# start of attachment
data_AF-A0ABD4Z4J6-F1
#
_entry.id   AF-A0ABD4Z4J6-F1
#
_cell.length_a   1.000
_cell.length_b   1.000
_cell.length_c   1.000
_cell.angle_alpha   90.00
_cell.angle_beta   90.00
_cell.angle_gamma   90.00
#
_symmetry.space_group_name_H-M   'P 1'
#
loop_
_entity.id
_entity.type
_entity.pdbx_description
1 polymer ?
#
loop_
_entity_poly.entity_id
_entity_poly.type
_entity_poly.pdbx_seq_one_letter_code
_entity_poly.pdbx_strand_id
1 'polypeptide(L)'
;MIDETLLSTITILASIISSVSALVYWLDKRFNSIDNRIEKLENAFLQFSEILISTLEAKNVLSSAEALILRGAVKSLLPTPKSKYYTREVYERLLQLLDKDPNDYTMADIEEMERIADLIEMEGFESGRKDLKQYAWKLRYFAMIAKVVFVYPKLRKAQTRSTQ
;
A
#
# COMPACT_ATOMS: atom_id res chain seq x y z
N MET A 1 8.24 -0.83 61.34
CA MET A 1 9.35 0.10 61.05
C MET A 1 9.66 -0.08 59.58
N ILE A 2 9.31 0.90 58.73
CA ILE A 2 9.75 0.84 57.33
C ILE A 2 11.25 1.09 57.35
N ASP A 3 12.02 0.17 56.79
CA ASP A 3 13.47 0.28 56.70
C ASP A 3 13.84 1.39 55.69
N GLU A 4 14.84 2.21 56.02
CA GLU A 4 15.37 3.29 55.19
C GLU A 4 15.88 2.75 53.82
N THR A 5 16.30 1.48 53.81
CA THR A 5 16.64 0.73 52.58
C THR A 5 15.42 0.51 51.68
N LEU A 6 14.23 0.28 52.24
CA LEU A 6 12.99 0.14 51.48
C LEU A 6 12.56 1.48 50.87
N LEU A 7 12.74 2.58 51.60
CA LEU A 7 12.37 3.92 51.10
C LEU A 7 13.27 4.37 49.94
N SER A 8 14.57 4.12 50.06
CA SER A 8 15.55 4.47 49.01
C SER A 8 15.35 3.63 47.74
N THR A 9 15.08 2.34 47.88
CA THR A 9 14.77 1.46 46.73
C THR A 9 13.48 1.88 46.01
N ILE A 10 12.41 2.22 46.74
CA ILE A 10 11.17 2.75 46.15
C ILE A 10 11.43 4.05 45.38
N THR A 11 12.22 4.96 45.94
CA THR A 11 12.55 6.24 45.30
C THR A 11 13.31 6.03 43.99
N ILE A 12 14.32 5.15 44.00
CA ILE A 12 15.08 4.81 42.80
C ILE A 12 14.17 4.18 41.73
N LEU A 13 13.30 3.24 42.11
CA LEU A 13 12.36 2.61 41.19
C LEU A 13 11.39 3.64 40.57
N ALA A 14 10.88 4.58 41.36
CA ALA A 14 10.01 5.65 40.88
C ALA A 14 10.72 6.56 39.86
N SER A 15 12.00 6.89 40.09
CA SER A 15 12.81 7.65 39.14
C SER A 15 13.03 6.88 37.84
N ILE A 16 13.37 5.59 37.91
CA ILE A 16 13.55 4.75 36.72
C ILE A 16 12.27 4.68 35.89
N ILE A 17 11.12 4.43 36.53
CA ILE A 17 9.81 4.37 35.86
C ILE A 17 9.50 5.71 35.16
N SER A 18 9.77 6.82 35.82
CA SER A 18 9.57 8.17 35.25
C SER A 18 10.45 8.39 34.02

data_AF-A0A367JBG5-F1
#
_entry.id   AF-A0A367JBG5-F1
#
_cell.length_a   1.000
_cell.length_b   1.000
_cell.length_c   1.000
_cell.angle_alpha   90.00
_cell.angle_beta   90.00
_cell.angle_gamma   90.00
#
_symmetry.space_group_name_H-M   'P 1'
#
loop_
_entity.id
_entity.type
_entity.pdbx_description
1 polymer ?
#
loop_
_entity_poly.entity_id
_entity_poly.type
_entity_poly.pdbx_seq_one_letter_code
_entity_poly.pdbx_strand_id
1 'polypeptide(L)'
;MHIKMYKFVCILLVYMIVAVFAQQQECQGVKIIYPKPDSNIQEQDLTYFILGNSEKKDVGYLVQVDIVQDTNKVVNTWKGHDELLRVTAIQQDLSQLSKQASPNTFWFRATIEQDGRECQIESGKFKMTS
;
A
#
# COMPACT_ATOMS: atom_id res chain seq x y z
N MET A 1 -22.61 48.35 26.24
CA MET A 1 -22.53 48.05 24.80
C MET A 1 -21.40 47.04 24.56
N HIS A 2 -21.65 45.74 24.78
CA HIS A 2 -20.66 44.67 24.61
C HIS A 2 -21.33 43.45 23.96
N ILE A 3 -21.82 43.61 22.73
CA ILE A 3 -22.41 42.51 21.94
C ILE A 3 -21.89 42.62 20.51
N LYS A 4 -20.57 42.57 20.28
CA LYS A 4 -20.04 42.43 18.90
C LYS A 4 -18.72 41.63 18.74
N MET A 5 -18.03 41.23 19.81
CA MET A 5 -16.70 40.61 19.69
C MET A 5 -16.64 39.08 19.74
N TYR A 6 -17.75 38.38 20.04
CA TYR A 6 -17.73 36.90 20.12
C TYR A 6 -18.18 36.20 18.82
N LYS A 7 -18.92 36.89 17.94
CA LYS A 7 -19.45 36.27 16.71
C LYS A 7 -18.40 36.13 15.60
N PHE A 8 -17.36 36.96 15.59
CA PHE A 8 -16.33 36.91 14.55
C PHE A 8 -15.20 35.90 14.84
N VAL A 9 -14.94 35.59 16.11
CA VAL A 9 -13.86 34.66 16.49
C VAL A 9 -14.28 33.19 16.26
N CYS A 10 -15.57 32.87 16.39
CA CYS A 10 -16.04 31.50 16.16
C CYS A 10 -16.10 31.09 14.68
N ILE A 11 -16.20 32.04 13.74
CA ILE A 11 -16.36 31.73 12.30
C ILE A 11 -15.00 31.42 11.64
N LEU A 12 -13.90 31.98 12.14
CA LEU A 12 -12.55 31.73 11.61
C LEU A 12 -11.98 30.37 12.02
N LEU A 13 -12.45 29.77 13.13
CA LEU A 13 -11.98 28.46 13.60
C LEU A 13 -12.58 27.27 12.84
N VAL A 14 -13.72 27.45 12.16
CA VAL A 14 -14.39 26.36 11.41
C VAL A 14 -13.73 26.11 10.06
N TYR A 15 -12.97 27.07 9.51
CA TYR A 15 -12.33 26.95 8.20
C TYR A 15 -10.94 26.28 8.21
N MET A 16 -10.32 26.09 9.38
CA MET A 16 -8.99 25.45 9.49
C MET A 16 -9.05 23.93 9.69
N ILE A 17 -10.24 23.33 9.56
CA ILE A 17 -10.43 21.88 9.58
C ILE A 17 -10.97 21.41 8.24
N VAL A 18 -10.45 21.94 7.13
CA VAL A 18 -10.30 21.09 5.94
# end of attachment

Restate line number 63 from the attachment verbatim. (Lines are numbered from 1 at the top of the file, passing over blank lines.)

C THR A 11 13.31 6.03 43.99